Navajo and other Native people who live beneath the massive grid that carries power from the Colorado Plateau to distant cities have long criticized its creation of bad water and polluted air, particularly because they may not have electricity or running water themselves.
Change is coming incrementally. The Environmental Protection Agency first restricted nitrous oxide emissions, including those from heavily polluting Four Corners Power Plant in the Navajo Nation, and now has issued tough new standards curbing power plants’ emissions of mercury, arsenic, acid gas and other toxins.
Why the focus on power plants? They “represent America’s single biggest source of air pollution, affecting our waterways, destroying ecosystems, and polluting the air we breathe,” explains Environment America, a citizens advocacy federation. “Pollution from coal-fired power plants in particular contributes to four of the five leading causes of mortality in the United States.”
Three coal-fired power plants affect Navajo tribal lands, in particular, and local residents don’t doubt the harm they do.
“Teachers are telling us there’s a lot of developmental problems for the kids—that’s mercury,” said Lori Goodman, coordinator for Dine’ CARE (Citizens Against Ruining Our Environment), describing problems at the school nearest Four Corners Power Plant west of Farmington, N.M. “And the autism—that’s mercury-related.”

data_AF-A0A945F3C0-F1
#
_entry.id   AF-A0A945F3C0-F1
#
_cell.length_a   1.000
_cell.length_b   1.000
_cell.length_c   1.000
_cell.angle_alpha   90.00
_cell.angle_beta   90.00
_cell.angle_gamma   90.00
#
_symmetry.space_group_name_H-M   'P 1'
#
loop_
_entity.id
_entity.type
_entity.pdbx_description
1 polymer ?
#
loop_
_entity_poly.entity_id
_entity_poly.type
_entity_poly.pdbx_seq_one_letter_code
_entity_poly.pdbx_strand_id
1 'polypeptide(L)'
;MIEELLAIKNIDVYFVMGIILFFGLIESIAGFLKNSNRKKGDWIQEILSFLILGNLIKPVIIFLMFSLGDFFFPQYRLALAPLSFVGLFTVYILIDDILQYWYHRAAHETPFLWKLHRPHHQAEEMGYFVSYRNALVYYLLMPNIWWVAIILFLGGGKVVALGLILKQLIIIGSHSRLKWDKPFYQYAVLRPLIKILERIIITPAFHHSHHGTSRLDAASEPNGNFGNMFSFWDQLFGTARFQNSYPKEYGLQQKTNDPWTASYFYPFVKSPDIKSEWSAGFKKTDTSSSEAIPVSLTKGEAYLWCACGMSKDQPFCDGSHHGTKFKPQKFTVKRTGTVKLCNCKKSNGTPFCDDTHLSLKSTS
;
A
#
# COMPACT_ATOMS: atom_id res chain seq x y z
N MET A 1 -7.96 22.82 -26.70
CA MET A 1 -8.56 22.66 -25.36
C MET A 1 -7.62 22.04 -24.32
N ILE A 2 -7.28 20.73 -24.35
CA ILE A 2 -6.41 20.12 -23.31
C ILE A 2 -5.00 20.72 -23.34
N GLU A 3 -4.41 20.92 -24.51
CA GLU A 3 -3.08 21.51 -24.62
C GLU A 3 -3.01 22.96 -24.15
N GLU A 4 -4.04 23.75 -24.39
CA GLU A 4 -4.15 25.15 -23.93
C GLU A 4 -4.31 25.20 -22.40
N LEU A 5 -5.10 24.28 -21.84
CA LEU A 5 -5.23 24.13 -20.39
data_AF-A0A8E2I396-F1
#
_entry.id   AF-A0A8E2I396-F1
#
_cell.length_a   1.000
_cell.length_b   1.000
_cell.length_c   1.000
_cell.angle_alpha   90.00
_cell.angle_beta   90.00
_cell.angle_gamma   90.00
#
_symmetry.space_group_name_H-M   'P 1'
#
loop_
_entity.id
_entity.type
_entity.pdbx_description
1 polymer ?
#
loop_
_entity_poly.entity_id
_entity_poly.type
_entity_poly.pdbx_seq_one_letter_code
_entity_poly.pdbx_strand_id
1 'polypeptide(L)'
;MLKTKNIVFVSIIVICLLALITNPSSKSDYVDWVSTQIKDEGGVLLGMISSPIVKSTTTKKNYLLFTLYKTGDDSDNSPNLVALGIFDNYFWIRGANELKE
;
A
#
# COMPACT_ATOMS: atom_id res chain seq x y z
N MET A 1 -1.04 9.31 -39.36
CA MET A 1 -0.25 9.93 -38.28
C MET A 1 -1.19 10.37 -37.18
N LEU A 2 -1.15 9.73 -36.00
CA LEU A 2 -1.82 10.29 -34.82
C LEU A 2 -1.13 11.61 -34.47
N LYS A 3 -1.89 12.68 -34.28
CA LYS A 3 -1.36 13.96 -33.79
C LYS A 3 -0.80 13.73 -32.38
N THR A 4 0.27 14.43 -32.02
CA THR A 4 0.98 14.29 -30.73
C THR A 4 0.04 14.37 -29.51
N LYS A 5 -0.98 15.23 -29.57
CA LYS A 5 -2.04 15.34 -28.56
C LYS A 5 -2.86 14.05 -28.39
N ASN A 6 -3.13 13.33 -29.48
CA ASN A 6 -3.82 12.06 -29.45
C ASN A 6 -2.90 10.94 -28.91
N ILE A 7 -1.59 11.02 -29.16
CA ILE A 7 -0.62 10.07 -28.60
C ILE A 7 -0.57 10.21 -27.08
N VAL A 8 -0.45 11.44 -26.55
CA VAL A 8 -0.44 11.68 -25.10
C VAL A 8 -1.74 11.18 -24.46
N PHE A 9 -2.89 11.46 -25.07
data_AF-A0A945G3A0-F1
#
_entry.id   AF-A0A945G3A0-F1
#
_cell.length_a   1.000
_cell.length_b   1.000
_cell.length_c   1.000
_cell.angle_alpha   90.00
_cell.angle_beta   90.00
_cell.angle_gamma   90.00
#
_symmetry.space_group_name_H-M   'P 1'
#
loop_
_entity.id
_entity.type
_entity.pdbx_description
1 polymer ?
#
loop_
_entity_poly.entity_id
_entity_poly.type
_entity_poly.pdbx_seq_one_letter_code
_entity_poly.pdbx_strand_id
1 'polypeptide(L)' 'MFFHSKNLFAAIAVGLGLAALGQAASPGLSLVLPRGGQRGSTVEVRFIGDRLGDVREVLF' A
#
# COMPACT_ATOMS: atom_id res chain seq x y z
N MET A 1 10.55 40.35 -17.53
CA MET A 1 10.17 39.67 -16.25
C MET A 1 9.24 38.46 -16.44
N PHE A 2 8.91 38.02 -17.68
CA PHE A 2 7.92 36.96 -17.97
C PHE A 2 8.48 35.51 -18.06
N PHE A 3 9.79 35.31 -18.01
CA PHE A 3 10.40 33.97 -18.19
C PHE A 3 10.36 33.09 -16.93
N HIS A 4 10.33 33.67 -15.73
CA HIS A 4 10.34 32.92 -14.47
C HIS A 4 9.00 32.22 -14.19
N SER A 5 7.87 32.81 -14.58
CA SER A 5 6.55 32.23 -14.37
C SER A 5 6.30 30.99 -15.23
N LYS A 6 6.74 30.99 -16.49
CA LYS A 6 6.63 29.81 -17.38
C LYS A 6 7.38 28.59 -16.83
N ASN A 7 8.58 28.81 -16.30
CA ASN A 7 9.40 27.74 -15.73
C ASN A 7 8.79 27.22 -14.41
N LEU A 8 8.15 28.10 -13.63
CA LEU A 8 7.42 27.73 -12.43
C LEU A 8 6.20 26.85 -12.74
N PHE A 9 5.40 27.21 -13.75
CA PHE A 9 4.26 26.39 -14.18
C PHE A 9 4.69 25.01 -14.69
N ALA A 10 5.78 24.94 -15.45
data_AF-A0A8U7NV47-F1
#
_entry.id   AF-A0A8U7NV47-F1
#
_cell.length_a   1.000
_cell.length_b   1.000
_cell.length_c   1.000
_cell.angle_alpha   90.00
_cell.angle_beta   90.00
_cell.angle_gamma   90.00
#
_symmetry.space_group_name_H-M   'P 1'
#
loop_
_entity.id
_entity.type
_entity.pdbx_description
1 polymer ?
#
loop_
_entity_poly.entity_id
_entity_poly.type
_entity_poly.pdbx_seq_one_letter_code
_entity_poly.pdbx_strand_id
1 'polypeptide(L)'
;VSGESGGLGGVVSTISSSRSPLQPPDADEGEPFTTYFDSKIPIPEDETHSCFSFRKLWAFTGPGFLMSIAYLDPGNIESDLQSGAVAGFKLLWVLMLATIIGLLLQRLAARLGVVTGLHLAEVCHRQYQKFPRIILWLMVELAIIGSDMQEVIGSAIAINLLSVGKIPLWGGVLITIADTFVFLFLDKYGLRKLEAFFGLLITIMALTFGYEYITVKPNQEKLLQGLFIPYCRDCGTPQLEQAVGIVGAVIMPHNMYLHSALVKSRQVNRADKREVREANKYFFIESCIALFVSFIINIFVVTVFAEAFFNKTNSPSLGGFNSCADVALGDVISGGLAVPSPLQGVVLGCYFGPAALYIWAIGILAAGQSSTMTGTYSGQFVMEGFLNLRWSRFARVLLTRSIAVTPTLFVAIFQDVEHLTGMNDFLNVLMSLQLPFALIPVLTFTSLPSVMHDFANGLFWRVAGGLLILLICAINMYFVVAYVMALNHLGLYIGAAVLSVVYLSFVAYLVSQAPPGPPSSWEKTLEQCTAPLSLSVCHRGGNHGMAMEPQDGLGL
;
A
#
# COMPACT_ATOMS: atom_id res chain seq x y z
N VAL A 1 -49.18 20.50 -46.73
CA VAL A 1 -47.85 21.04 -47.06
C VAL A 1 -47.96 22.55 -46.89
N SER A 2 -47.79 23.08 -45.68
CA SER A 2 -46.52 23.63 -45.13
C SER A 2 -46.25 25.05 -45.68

Even low-level mercury exposure may be irreversible, and, especially in children, lead to lower IQs and problems with paying attention, verbal skills, and motor control, while in utero exposure to higher levels of mercury has been linked to mental retardation, seizures, and blindness, according to experts.
The Navajo Nation’s lease on 2,040-megawatt Four Corners Power Plant near Farmington, N.M. was recently extended to 2041 because of the $7 million annual economic value to the Nation and the jobs it provides to Navajo workers, who comprise most of the workforce at the plant and the mine that furnishes its coal.
But in the future, the plant will have to employ increasingly rigorous anti-pollution measures, the best available remediation technology, or BART, including those to reduce the mercury emissions which have reached 1,481 pounds annually, according to Environment America, making the plant a target of national criticism.
It will be none too soon for Goodman and others who have been stymied in their attempts to obtain the kind of hard data to which federal agencies will listen and as evidence of damage done.
Anecdotal information abounds, as in the account of one family living near the Four Corners plant that had two developmentally challenged children, then moved away and had two more who were completely normal. Another family has a similar story, and another.
“And yet it’s hard to get health information—we actually had filed a FOIA (Freedom of Information Act request) for IHS records or reports, but they refused us,” she said.
At a recent BART hearing in Farmington, “They tried to say it is not about health but it’s all about health,” she said. “We got a Navajo nurse to talk about it, and that helped.” Public meetings may finally be a ticket to obtaining the health information Dine’ CARE needs, she added.
“Navajo people have been affected disproportionately—and not just in terms of pollution,” she said. “We don’t get electricity from either Four Corners or Navajo Power Plant and they’re huge. Just four or five in the whole West are more than 2000 Megawatts.”